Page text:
The problem in New Orleans is that large numbers of people were encouraged by city officials to move to the Superdome, apparently without proper preparations in place even though they had warning of the storms arrival days in advance. Similarly, other people were told to move to various places on the basis transportation would be waiting for them - this turned out not to be correct.

The centralised system failed for them. I agree that aiming for organisation at a community level is a good thing, with Government focussing on areas individuals can't: specialised equipment and people trained for specific tasks.

I'll reread Bernards post and write some more tomorrow when I get a chance.

9/03/2005 01:03:00 AM  
Blogger Antarctic Lemur said...

OK Bernard (was writing my last post at same time as you). Gotta get back to this template...

9/03/2005 01:04:00 AM  
Blogger Bernard Woolley said...

But I do think you've read it wrong - my post certainly is not supporting nanny-statism in this regard. But there is a current public expectation that they will be nannied. They won't, and that is what the public information message needs to be (Recs 6&7). You won't be nannied in the first hours and days, but that is still the expectation.

9/03/2005 01:05:00 AM  
Blogger Bernard Woolley said...

Couple more points before bed... AL, I believe that nearly all the CDEM Groups have met their requirements under the new act, however there is a wide variation in the amount of planning undertaken - with the better resourced metropolitian centres doing a lot more than rural groups with fewer resources (this comes back to the funding issue). I think National started the change, and Labour carried it on. I don't believe there was too much partisanship behind the legislation.

Agree that in terms of NO, they created a big problem in concentrating people, rather than distributing them. Problems would have been more easily managed had people been more widely distributed. The city also needed to provide a means of evacuating those that were too poor or unable to evacuate themselves. I think it is becoming apparent that the city said it was 'too hard' and decided to stuff them in the 'dome.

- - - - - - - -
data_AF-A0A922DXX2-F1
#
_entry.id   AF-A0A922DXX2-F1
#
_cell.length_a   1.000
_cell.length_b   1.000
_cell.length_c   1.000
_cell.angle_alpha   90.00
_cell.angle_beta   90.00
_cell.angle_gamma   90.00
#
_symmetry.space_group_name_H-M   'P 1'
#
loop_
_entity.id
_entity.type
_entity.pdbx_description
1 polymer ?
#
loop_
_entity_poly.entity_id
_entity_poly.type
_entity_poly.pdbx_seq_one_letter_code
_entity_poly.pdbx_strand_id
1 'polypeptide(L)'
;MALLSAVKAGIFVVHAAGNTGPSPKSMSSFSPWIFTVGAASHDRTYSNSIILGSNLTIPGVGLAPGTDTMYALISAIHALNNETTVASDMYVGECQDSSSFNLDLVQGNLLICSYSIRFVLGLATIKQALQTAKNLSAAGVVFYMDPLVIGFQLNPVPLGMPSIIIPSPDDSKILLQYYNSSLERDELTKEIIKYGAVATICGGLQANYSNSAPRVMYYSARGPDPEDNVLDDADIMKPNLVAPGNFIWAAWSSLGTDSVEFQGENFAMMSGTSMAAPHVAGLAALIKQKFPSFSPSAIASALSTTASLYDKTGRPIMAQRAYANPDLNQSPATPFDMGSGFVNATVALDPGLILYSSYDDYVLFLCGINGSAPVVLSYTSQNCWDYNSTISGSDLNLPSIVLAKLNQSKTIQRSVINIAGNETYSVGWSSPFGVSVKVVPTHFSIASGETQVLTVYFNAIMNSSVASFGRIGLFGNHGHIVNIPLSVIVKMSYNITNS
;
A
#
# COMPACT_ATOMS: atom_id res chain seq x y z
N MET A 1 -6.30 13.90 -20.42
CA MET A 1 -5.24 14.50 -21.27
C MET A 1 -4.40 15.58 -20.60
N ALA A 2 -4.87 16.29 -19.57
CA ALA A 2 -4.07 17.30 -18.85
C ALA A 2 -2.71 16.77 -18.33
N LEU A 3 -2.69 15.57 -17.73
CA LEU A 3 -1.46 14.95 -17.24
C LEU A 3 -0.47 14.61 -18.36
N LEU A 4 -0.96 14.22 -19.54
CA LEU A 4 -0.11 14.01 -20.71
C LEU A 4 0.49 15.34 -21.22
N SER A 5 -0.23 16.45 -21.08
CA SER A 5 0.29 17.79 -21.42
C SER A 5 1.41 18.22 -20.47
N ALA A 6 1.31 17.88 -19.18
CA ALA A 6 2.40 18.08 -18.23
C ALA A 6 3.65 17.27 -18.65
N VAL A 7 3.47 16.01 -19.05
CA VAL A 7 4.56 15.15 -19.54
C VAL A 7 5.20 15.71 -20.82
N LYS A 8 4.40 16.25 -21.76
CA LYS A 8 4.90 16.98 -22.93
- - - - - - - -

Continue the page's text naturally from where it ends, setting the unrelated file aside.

Night all!

9/03/2005 01:18:00 AM  
Blogger Antarctic Lemur said...

Nevermind, I'm just being cranky. Will make fresh comments tomorrow. In the meantime it looks like the cavalry has finally arrived for the refugees in NO.

9/03/2005 02:46:00 AM  
Blogger Paul said...

Actually you would be surprised just how much effort goes into civil defence and emergency management. Central Government washed its hands of it a while ago and dumped responsibility onto local authorities, and they responded by grouping together and preparing plans on a regional basis, which makes sense, because only they have local knoweledge and connections with core service providers such as schools with buses etc, local geography, local risk features.

We all saw how utterly useless the central government response to the Manawatu and Bay of Plenty floods was, it was the local Councils that saw those communities through the event that worked. Central government only saw it as photo opp's for Helen. Sory to be blunt, but I was there and the bitch wouldn't even get her feet wet.

9/03/2005 09:42:00 PM  
Blogger Bernard Woolley said...

Paul, agreed. I also heard that the few military helicopters that were provided were used a lot for joy rides for politicians and media. Go figure. Now if Helen had had kids, she wouldn't be scared of a little water would she ;)

9/03/2005 10:07:00 PM  
Blogger Lucyna said...

Water (and kids) is for the peasants.

9/03/2005 10:14:00 PM